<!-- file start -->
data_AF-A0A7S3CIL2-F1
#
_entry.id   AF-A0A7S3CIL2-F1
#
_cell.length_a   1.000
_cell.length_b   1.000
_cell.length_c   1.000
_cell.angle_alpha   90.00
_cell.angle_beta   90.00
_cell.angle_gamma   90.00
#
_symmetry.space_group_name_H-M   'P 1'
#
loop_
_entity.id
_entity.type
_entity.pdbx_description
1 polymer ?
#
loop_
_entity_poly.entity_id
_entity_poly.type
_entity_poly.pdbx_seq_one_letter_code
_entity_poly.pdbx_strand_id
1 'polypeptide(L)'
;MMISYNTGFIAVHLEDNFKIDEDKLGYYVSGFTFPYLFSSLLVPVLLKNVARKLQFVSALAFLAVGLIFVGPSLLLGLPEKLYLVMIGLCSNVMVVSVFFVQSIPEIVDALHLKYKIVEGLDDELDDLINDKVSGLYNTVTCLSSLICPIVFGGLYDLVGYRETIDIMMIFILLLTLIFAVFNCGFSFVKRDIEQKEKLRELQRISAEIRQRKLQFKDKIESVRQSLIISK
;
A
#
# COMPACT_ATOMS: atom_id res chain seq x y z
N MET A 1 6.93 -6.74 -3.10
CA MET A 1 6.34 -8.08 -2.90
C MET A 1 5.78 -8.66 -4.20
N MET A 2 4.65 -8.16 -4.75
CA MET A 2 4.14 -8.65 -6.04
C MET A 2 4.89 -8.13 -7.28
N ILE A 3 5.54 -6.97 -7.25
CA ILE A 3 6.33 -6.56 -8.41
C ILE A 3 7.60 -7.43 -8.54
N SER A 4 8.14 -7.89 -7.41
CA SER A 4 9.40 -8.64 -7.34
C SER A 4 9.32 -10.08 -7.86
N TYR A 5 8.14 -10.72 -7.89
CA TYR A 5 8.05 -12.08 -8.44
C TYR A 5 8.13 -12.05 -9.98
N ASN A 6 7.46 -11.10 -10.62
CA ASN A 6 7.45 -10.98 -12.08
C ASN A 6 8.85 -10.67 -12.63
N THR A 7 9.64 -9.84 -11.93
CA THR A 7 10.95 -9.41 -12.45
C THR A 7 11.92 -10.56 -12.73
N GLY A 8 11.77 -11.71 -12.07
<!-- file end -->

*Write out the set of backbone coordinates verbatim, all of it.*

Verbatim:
data_AF-A0A7S3CIL2-F1
#
_entry.id   AF-A0A7S3CIL2-F1
#
_cell.length_a   1.000
_cell.length_b   1.000
_cell.length_c   1.000
_cell.angle_alpha   90.00
_cell.angle_beta   90.00
_cell.angle_gamma   90.00
#
_symmetry.space_group_name_H-M   'P 1'
#
loop_
_entity.id
_entity.type
_entity.pdbx_description
1 polymer ?
#
loop_
_entity_poly.entity_id
_entity_poly.type
_entity_poly.pdbx_seq_one_letter_code
_entity_poly.pdbx_strand_id
1 'polypeptide(L)'
;MMISYNTGFIAVHLEDNFKIDEDKLGYYVSGFTFPYLFSSLLVPVLLKNVARKLQFVSALAFLAVGLIFVGPSLLLGLPEKLYLVMIGLCSNVMVVSVFFVQSIPEIVDALHLKYKIVEGLDDELDDLINDKVSGLYNTVTCLSSLICPIVFGGLYDLVGYRETIDIMMIFILLLTLIFAVFNCGFSFVKRDIEQKEKLRELQRISAEIRQRKLQFKDKIESVRQSLIISK
;
A
#
# COMPACT_ATOMS: atom_id res chain seq x y z
N MET A 1 6.93 -6.74 -3.10
CA MET A 1 6.34 -8.08 -2.90
C MET A 1 5.78 -8.66 -4.20
N MET A 2 4.65 -8.16 -4.75
CA MET A 2 4.14 -8.65 -6.04
C MET A 2 4.89 -8.13 -7.28
N ILE A 3 5.54 -6.97 -7.25
CA ILE A 3 6.33 -6.56 -8.41
C ILE A 3 7.60 -7.43 -8.54
N SER A 4 8.14 -7.89 -7.41
CA SER A 4 9.40 -8.64 -7.34
C SER A 4 9.32 -10.08 -7.86
N TYR A 5 8.14 -10.72 -7.89
CA TYR A 5 8.05 -12.08 -8.44
C TYR A 5 8.13 -12.05 -9.98
N ASN A 6 7.46 -11.10 -10.62
CA ASN A 6 7.45 -10.98 -12.08
C ASN A 6 8.85 -10.67 -12.63
N THR A 7 9.64 -9.84 -11.93
CA THR A 7 10.95 -9.41 -12.45
C THR A 7 11.92 -10.56 -12.73
N GLY A 8 11.77 -11.71 -12.07